From: Mail (sciteach1950@home.com)
Date: Sat Sep 01 2001 - 12:15:30 EDT

Hello Seesaters,

Two nights ago I was attending a high school retreat that our students go to
every year. Before the retreat, using MapBlast.com, I determined the precise
latitude and longitude of the area in front of the building in which we
spend much of the time after sunset.

About a minute before a -4 iridium flare was to show itself in the east, a
few teachers and myself left the building to hide envelopes for a scavenger
hunt. Seconds before the flare I hollered, "Look up in the sky right over
there. A satellite is going to shine a bright light down to the earth in
just a few seconds." And so it did! The music teacher gleamed with interest
and delight and wondered how I could have known that such a thing was going
to happen!

I want to thank Chris Peat for creating and maintaining Heavens-above and I
want to thank many of the rest of you for introducing me to these types of
observations. Even though modern methods have taken much of the challenge
out of predicting such events, It's still fun and gives a rank amateur like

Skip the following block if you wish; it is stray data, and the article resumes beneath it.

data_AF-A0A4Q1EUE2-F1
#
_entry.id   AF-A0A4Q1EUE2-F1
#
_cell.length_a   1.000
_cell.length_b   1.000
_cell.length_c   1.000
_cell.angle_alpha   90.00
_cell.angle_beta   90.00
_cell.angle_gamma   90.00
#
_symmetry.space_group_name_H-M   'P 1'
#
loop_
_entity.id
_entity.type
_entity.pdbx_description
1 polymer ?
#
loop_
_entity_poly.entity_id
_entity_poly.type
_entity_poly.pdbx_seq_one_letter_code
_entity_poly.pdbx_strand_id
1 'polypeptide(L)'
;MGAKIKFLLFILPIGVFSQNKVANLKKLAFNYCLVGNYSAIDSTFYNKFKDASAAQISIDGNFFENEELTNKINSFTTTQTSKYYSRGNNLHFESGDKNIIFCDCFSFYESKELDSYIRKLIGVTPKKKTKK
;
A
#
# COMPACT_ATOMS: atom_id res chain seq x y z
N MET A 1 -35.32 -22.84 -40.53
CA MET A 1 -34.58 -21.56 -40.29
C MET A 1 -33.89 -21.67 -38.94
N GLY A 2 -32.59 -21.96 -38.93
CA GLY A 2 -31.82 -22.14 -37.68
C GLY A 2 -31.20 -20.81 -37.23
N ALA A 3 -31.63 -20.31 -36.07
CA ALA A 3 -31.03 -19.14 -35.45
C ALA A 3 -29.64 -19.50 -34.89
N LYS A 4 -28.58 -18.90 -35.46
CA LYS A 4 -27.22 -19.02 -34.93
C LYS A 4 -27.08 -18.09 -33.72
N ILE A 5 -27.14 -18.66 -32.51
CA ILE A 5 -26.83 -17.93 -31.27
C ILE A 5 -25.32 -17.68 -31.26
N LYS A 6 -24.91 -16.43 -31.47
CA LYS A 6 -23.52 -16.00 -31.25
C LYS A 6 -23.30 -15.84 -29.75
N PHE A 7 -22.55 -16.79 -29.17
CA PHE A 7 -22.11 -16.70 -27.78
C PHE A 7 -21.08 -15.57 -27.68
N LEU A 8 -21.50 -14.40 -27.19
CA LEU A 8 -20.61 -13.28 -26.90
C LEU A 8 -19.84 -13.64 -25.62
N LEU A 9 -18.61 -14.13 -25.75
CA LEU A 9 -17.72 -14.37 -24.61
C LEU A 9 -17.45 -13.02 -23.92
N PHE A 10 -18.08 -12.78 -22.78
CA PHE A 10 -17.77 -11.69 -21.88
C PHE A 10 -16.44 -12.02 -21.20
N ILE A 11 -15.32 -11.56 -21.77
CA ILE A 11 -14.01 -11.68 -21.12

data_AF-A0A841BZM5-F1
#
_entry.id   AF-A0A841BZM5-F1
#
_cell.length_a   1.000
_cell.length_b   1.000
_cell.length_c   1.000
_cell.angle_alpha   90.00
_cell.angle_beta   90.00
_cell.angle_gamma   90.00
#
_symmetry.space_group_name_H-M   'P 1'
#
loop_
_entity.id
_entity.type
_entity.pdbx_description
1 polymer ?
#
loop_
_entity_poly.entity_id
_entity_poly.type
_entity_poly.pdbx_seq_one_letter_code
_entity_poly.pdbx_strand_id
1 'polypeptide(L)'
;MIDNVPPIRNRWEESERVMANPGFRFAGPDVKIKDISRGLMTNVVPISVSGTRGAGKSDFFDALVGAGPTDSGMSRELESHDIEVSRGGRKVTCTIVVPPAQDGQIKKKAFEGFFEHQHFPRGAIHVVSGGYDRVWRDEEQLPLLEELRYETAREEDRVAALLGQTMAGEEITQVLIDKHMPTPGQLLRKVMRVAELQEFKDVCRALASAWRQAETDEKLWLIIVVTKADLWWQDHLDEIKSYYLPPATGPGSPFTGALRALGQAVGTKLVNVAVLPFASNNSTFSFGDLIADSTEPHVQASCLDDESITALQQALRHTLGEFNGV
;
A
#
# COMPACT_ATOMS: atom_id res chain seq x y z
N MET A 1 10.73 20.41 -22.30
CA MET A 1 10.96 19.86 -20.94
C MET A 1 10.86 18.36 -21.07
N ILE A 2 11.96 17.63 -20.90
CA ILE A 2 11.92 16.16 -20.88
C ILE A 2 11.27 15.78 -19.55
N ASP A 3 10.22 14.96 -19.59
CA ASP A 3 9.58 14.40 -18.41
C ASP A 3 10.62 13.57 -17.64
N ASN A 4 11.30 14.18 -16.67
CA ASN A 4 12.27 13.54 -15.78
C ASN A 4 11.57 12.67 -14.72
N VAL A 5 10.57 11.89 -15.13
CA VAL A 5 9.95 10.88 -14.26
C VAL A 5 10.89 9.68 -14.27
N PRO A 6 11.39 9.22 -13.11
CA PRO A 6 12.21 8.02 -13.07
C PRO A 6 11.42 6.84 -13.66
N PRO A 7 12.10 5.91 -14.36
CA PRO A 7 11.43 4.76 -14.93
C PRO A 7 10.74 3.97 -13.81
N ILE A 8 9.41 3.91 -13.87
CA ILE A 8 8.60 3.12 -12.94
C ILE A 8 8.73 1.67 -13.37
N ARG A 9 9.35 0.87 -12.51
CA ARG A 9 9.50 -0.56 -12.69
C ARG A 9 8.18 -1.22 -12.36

me the opportunity to "look good" before those people that think it was
because of some great skill and knowledge on my part that I am able to know
when these things are going to happen.  ;~)

Clear skies and good flares,

science teacher

P.S. I recently used a GPS instrument to determine the coordinates of my
front yard. It matches well the coordinates provided by MapBlast. I also
checked the altitude of a US geological survey marker within a few blocks of
my place. The altitude readout from the GPS was within a foot of the value
on the marker. Nice!  The GPS receiver/transmitter cost less than $150.00 at

Unsubscribe from SeeSat-L by sending a message with 'unsubscribe'
in the SUBJECT to SeeSat-L-request@lists.satellite.eu.org

This archive was generated by hypermail 2b29 : Thu Sep 20 2001 - 17:55:52 EDT